Alan Dean Foster might well be the greatest living science fiction writer. There, I said it. At the very least, I have enjoyed his work ever since I got a book in the Spellsinger series in middle school.
Since then, I’ve read and reported on:
It looks like it’s been nine years since I read one of his paperbacks, which is odd since I have several of his books in the to-read shelves, but if you’ve seen the to-read shelves, you’d understand why I have a wealth of things from which to choose. Given that I posted about Some Paperbacks of Note, the in middle school link above, in 2016, that means it’s been four years since I last completely dusted and shuffled the to-read shelves lineup. I should probably do that again. Likely I would shake out other Foster paperbacks to read next year.
At any rate, I have reached the point in Wuthering Heights where I want to read something else after a couple of chapters of that Literature, so this was just the thing.
In it, a low-level thief kills a jewelry store owner who won’t pay protection to the local crime boss and then kills the crime boss’s killers who come for him because he’s… different. So he works his way up the levels, and that is numbered levels, of being an illegal, and when some of the political powerbrokers on Terra take an interest in him, he pulls a trick to become legal businessman, again starting at a low level number and working his way up. He makes an alliance, essentially becoming a spy for an alien race but seems to play both humanity and the aliens off of each other until a grander scheme comes to fruition–allying the humans and these aliens against a menace from the galactic core.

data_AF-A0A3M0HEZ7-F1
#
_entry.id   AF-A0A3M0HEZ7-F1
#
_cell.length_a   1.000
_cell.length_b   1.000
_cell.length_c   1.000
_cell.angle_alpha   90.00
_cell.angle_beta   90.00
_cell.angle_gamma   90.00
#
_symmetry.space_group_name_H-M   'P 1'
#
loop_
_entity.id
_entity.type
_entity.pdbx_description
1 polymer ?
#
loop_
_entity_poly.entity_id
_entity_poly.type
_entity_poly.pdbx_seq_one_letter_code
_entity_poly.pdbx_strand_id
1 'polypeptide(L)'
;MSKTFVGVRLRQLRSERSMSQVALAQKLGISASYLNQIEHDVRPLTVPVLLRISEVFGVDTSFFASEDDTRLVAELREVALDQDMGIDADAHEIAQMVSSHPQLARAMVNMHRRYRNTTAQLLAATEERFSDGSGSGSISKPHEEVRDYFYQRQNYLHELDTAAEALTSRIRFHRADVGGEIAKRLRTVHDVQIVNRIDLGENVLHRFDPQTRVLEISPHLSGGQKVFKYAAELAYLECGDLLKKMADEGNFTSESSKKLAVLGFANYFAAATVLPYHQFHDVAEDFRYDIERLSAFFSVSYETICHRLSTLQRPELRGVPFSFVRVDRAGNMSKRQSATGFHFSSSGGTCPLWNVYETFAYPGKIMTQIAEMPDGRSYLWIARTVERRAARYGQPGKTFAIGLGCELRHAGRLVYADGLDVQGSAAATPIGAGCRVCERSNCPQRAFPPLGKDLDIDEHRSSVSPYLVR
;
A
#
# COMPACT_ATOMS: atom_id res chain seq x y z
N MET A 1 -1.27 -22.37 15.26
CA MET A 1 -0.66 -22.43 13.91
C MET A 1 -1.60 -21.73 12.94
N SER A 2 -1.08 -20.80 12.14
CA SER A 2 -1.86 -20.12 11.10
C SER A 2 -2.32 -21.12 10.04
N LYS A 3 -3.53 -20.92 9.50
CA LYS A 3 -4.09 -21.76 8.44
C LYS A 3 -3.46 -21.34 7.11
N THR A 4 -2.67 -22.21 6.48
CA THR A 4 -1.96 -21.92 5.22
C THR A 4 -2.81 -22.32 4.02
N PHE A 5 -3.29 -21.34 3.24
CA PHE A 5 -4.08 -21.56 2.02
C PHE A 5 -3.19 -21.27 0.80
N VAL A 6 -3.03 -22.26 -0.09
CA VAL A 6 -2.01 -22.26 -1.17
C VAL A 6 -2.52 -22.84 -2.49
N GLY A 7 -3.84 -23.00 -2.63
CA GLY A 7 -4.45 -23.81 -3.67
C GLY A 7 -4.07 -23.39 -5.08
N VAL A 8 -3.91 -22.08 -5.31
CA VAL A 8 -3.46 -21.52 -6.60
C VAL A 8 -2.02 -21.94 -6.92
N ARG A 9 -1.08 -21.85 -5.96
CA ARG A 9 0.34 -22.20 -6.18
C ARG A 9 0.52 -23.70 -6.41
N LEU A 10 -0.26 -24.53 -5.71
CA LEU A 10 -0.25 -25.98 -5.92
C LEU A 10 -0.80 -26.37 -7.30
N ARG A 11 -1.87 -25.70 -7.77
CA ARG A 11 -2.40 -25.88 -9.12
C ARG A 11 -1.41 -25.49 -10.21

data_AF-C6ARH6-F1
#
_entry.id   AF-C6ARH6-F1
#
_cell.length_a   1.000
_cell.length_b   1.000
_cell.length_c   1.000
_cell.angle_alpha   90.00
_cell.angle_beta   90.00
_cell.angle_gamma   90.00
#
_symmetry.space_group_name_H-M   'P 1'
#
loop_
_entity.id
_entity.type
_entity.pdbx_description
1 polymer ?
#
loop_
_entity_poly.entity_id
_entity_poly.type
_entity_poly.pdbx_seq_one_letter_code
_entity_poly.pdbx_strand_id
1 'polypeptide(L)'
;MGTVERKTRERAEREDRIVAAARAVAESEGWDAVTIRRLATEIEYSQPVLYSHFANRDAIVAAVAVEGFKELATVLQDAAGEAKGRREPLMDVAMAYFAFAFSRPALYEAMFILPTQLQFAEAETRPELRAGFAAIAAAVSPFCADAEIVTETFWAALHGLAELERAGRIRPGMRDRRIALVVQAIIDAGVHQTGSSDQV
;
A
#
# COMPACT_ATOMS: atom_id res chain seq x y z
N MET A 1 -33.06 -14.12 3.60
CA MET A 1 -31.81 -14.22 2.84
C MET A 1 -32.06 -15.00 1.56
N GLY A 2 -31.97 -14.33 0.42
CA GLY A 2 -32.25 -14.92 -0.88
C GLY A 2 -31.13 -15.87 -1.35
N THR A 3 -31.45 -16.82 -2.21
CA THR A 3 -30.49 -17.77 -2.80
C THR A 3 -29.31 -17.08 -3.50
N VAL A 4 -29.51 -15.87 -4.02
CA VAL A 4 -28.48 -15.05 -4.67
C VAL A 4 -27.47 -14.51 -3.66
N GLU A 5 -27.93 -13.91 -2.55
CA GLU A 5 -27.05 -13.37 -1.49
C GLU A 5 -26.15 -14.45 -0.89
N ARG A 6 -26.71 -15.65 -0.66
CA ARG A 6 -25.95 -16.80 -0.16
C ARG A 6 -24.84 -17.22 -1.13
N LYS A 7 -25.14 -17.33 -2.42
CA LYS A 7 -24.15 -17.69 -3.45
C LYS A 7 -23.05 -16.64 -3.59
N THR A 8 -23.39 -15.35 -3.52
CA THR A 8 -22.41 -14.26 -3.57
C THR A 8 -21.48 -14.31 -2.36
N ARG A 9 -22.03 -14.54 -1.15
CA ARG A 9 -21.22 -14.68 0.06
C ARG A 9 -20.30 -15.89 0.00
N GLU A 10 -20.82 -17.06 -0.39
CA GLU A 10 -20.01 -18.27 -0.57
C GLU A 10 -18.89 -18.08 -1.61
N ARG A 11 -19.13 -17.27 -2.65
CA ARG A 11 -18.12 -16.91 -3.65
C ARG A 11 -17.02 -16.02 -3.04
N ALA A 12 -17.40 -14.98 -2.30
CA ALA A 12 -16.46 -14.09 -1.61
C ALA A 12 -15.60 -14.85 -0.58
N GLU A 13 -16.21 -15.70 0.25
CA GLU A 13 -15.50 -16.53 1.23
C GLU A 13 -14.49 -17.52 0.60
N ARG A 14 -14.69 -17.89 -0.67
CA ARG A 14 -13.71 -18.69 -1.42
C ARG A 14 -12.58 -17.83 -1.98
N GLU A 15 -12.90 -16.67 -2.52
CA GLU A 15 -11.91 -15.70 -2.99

The first half of the book focuses on the main character himself and deals with how he goes about what he’s doing; the second shifts to a psychologist of the alien race who suspects the main character has some sort of plot going against his race and tries to thwart him–all the while playing into his hands. The book ends with a short resolution where these antagonists talk it over and discover that the main character does all his plotting, including his latest, a mocked-up alien armada that looks as though it is about to invade the combined spaces of the humans and their new allies–he does all this just because he does not want anything to have control over him. Also, the improved commercial environment makes the humans, their new friends, and the man himself richer.
So ultimately, it’s a little thin, but it’s a roaring read. I thought the ultimate twist would be that it was some sort of video game, what with the marking levels playing so much of a part early. That was not the case, though. But a fun read, interesting characters–the main character is an amoral, pragmatic man much like say Raymond Reddington in the television series The Blacklist or similar anti-heroes that abound here in the 21st century. It seems a bit ahead of its time, but I am sure one could find other examples of it in other works preceding this one.